Mojo – A Fast New Programming Language For AI, Subset of Python

Mojo is a new programming language launched by Modular, focusing on AI/ML workflows. This article will discuss the Mojo programming language features and its usage.

Python is the most used programming language in artificial intelligence applications, because of its ease of use and rapid prototyping capabilities. Python still ranks top 1 in the TIOBE index. Mojo is a superset of Python programming, which means anyone who knows Python can easily code in Mojo. Mojo code is much faster than Python code. it combines the strengths of Python’s syntax with metaprogramming and systems programming, bridging research and production. The Mojo also benefits from tremendous lessons learned from other languages such as Rust, Swift, Julia, Zig, Nim, etc.

The Mojo already supports many features from Python including :

  • async/await
  • error handling
  • variadics

We can consider Mojo as Python++. Mojo is still in the young state so it is missing some other features of Python. In the future, we can expect more features. However, Mojo solves the following Python language problems :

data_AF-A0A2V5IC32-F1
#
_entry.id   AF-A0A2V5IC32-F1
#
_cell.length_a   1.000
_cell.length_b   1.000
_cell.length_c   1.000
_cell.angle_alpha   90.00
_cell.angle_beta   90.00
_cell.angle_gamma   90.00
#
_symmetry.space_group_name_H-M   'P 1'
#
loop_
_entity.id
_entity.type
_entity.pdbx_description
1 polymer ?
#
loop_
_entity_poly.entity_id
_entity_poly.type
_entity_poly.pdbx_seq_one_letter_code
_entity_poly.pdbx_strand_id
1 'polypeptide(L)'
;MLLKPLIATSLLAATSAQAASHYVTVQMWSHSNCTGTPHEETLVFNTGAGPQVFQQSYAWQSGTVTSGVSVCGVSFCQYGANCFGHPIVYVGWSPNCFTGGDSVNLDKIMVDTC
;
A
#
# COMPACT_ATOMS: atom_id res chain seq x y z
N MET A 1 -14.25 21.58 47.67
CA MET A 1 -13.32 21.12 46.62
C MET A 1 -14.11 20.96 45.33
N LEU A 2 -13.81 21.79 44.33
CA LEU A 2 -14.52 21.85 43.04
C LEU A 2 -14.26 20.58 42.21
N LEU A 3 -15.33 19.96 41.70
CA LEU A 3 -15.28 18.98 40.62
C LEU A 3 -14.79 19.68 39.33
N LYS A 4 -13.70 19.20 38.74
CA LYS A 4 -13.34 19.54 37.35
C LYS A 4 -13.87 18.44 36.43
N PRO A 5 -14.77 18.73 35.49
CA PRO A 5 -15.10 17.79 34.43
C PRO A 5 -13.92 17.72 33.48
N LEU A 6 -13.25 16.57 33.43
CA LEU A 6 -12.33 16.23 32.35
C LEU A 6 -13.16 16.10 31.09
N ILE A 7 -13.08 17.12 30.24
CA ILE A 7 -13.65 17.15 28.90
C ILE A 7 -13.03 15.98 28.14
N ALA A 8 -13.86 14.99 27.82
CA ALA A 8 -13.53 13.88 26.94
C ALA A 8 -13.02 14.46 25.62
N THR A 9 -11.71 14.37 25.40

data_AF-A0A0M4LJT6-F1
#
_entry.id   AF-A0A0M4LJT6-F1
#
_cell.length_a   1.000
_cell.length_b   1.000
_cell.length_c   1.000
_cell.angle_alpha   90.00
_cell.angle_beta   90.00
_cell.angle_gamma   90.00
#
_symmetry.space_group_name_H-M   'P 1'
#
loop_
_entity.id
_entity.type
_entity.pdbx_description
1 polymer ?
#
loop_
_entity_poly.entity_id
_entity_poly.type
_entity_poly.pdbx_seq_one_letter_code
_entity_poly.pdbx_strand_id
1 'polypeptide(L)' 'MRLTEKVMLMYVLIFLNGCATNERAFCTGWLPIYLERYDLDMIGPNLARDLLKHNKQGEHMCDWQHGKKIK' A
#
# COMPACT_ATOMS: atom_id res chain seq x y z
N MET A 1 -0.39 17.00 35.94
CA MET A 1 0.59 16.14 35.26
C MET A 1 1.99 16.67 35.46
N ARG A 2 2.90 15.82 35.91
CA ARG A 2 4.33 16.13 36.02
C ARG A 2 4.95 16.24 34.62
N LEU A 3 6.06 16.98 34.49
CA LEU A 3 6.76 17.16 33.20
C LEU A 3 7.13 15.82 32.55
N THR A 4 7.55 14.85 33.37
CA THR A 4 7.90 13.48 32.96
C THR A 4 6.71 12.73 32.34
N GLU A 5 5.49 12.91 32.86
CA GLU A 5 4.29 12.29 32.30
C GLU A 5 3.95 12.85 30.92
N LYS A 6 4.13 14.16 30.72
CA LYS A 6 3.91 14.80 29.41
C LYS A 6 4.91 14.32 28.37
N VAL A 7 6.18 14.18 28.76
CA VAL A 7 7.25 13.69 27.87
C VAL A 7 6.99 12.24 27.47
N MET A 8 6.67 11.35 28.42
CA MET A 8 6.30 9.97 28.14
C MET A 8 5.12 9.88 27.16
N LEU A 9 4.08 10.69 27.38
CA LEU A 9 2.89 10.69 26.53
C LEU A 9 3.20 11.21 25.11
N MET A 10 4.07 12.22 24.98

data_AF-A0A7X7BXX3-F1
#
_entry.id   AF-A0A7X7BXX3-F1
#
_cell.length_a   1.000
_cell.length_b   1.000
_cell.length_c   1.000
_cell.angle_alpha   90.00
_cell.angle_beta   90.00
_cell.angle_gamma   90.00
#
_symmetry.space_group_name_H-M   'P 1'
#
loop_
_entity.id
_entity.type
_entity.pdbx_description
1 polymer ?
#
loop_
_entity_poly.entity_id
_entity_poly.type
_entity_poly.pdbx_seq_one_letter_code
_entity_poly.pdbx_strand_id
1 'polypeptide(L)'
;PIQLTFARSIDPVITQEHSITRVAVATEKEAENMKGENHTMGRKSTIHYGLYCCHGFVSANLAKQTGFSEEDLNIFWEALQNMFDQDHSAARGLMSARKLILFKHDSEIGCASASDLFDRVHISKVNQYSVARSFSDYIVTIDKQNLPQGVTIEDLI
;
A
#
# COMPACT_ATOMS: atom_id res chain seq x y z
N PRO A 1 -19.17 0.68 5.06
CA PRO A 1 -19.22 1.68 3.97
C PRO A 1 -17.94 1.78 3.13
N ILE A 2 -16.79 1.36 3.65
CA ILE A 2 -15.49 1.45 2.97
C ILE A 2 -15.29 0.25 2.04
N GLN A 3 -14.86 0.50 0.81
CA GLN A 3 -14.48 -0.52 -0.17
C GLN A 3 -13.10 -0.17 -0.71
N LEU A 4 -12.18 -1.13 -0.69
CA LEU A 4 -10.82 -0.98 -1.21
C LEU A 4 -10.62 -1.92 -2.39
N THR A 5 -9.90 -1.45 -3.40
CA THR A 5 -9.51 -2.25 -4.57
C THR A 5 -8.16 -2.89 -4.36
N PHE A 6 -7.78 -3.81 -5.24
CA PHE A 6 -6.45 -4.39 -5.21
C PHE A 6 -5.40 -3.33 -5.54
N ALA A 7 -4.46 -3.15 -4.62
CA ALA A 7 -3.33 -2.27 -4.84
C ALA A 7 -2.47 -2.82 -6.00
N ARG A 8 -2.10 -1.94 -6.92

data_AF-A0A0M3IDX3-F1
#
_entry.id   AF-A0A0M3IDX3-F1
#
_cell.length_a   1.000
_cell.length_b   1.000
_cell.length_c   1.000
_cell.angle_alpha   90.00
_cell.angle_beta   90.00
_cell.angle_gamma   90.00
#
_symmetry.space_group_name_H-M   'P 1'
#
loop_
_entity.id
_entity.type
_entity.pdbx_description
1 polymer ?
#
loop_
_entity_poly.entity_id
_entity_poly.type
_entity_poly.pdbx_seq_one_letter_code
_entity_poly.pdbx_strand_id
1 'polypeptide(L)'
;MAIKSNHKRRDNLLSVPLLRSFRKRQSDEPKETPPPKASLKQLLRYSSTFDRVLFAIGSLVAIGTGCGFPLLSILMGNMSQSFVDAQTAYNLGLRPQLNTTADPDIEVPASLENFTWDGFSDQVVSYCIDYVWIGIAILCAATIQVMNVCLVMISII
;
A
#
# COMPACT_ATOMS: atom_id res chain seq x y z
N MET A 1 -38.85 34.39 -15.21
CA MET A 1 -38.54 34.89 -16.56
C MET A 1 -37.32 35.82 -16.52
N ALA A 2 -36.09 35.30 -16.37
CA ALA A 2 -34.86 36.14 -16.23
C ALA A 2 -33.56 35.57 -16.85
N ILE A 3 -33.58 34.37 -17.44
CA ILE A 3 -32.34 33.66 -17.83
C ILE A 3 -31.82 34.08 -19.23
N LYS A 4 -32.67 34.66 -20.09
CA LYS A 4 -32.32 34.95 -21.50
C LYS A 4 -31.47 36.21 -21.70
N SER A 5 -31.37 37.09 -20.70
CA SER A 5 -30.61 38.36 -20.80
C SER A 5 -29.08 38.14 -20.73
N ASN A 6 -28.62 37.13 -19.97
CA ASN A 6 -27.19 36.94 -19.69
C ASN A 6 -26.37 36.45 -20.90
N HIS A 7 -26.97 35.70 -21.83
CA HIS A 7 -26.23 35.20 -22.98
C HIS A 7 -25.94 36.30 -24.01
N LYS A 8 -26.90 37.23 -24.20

• Poor low-level performance
  • Global interpreter lock (GIL) makes Python single-threaded (CPython)
  • Python isn’t suitable for systems programming
  • The two-world problem – building hybrid Python libraries(C/C++) is complicated (Tensorflow and PyTorch faced these kinds of challenges)
  • Mobile and server deployment

Mojo program files have the file extension .mojo or 🔥 , yes emoji as an extension, for example, the hello world program file can be named as hello.mojo or hello.🔥

$ cat hello.🔥

def main():
    print("hello world")

To run the app :

mojo hello.🔥

It will print the hello world message.

Mojo can be used as Jupyter notebooks. available in the Mojo Playground. You can request access to use Mojo Playground to try out the language.

Mojo playground

Matrix Multiplication benchmark

To run the code as Python we can use %%python at the top of the notebook cell.

def matmul_python(C, A, B):
    for m in range(C.rows):
        for n in range(C.cols):
            for k in range(A.cols):
                C[m, n] += A[m, k] * B[k, n]

Benchmarking on a 128 x128 matrix.

  • Adding type annotations – 1866x speedup over Python
  • Vectorizing the innermost loop – 8361x speedup over Python
  • Parallelizing Matmul – 14411x speedup over Python

We can see a huge performance boost (14400 times faster than Python).

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